When it comes to Truck Campers or indeed Motorhomes, RVs, Campervans or Caravans they all have one thing in common – the great outdoors and increasingly these days a requirement for more on and off-grid power, be it just DC or DC and AC. That means more of everything – likely solar, a generator, an inverter and of course batteries.
As you can see in the headline image above Victron Energy make a complete range of products to cater for this market, just as they do for the boating world and other markets. Choosing what you need and figuring it all out can be quite tricky for the end user. That is of course where Victron dealers and accredited installers come in. Some end users though, like Jeff Sherman, want to do it themselves – and I have to say Jeff’s completed installation is one of the neatest I’ve seen. Maybe his will give you inspiration to have a crack at a DIY installation too, with of course support from your Victron Energy dealer.
Jeff’s Bigfoot 25C9.4SB Truck Camper
Jeff Sherman lived in Alaska for 42 years working in the construction industry and recently retired. Having since moved to the ‘Lower 48’ he and his wife are now looking forward to exploring the American West in their Bigfoot truck camper pictured below, a review of which you can find here.
DIY – where to start?
The first place might be here on the Victron blog, along with a browse on the main website. Added to that you’ll likely want to deal with people you can relate to. In Jeff’s case he chose PKYS Inc and AM Solar. Here’s what PKYS Inc owner Peter Kennedy has to say about his company:
“PKYS are based in Annapolis, Maryland and we sell Victron equipment online. Most of our experience comes from the boating world because the Chesapeake Bay area is one of the prime boating areas in the US. RVs are relatively new to us but recently they have become a much bigger part of our business because Victron equipment is so suitable for RVs. Most of our recent enquiries centre around using Lithium batteries in such vehicles because of their compact size, weight and superior performance”.
AM Solar also supplied Victron equipment, namely the Bluetooth Smart dongle and MPPT controller. Roger Carroll of AM Solar provided Jeff with technical advice and reviewed the proposed system, to ensure everything was compatible with the BlueSolar MPPT 100/30. Jeff tells me they are great company to deal with as they specialise in RV solar. Whilst they often fit systems, Jeff found them very helpful for his DIY install too.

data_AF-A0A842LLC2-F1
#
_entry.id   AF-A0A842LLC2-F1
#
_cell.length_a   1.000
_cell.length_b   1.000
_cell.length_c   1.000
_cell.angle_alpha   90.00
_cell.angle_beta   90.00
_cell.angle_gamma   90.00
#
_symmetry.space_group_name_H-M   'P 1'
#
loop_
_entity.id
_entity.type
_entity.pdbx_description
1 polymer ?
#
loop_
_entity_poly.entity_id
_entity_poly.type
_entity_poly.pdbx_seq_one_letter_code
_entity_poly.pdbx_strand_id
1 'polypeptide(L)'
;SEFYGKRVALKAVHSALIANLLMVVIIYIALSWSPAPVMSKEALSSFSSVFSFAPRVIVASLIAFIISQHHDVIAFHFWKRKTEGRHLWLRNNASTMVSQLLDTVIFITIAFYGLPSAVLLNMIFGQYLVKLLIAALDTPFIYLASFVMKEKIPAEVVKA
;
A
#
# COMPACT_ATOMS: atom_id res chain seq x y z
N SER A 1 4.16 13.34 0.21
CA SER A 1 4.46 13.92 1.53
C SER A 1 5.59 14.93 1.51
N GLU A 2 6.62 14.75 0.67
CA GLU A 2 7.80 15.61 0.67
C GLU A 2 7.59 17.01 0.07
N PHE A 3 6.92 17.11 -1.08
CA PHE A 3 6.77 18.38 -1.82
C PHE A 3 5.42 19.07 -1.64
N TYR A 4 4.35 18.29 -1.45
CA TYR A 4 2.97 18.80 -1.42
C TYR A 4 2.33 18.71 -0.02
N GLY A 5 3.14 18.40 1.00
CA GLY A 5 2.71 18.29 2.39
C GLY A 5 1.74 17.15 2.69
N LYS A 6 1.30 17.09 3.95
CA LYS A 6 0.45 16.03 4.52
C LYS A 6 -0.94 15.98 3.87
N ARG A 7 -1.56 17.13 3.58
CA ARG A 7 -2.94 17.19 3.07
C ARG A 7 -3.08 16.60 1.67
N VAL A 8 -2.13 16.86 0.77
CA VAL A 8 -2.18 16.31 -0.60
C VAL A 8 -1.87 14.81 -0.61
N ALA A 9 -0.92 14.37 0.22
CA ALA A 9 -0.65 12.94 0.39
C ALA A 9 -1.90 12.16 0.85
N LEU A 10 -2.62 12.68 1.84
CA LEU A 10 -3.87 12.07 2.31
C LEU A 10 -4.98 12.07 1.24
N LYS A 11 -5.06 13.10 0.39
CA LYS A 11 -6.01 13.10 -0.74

Energy & Monitoring
Rather than spoil Jeff’s, independent, comprehensive customer “Review of Victron Battery Monitor and MPPT Controller with Smart Phone Display” – here are a few teaser photos showing the standard of installation he’s achieved.
Jeff tells me:
“I did have to do a lot more work than is obvious to get the shunt in, having to ‘move’ my battery posts to a more accessible location by using bus bars. My battery box is really small and having so many cables going to them and the shunt inside the box would have been be impossible. Installing busbars as shown below is uncommon in a truck camper RV. But once I had them in it made it so easy to route and terminate cables.”
Conclusion & Credits
This blog and Jeff’s review will hopefully give you some ideas of what can be achieved with your chosen adventure vehicle using Victron Energy components. If they are all as neatly installed as Jeff’s – so much the better!
My thanks to North America Victron Energy Sales Manager Justin Larrabee and Peter Kennedy of PKYS Inc for making me aware of Jeff Sherman’s installation and of course Michael Smith (aka Mello Mike) of Truck Camper Adventure Magazine for publishing Jeff’s review. Credit for the explanatory headline image goes to Andre du Rand. Thanks must also go to Victron dealer AM Solar for equipment supply and installation advice to Jeff.